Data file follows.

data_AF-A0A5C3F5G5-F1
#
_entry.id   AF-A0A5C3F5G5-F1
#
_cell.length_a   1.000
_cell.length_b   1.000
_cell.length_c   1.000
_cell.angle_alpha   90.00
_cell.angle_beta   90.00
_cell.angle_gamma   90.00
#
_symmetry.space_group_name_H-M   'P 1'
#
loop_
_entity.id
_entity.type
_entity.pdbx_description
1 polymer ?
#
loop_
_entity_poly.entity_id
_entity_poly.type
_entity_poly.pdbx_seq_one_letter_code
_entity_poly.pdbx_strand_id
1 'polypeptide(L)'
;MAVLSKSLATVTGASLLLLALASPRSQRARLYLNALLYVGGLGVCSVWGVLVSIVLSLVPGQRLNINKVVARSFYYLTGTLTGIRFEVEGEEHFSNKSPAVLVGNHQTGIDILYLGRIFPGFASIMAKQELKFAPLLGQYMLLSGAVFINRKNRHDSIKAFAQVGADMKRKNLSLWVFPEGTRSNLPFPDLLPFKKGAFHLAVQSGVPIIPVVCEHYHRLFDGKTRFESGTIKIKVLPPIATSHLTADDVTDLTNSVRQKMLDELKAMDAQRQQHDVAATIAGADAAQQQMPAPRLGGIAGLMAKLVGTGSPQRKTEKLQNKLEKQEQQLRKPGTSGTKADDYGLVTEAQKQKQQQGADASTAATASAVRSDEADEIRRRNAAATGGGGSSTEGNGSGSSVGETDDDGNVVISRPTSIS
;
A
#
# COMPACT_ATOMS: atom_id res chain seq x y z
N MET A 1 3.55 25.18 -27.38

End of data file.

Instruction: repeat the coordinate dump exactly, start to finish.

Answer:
data_AF-A0A5C3F5G5-F1
#
_entry.id   AF-A0A5C3F5G5-F1
#
_cell.length_a   1.000
_cell.length_b   1.000
_cell.length_c   1.000
_cell.angle_alpha   90.00
_cell.angle_beta   90.00
_cell.angle_gamma   90.00
#
_symmetry.space_group_name_H-M   'P 1'
#
loop_
_entity.id
_entity.type
_entity.pdbx_description
1 polymer ?
#
loop_
_entity_poly.entity_id
_entity_poly.type
_entity_poly.pdbx_seq_one_letter_code
_entity_poly.pdbx_strand_id
1 'polypeptide(L)'
;MAVLSKSLATVTGASLLLLALASPRSQRARLYLNALLYVGGLGVCSVWGVLVSIVLSLVPGQRLNINKVVARSFYYLTGTLTGIRFEVEGEEHFSNKSPAVLVGNHQTGIDILYLGRIFPGFASIMAKQELKFAPLLGQYMLLSGAVFINRKNRHDSIKAFAQVGADMKRKNLSLWVFPEGTRSNLPFPDLLPFKKGAFHLAVQSGVPIIPVVCEHYHRLFDGKTRFESGTIKIKVLPPIATSHLTADDVTDLTNSVRQKMLDELKAMDAQRQQHDVAATIAGADAAQQQMPAPRLGGIAGLMAKLVGTGSPQRKTEKLQNKLEKQEQQLRKPGTSGTKADDYGLVTEAQKQKQQQGADASTAATASAVRSDEADEIRRRNAAATGGGGSSTEGNGSGSSVGETDDDGNVVISRPTSIS
;
A
#
# COMPACT_ATOMS: atom_id res chain seq x y z
N MET A 1 3.55 25.18 -27.38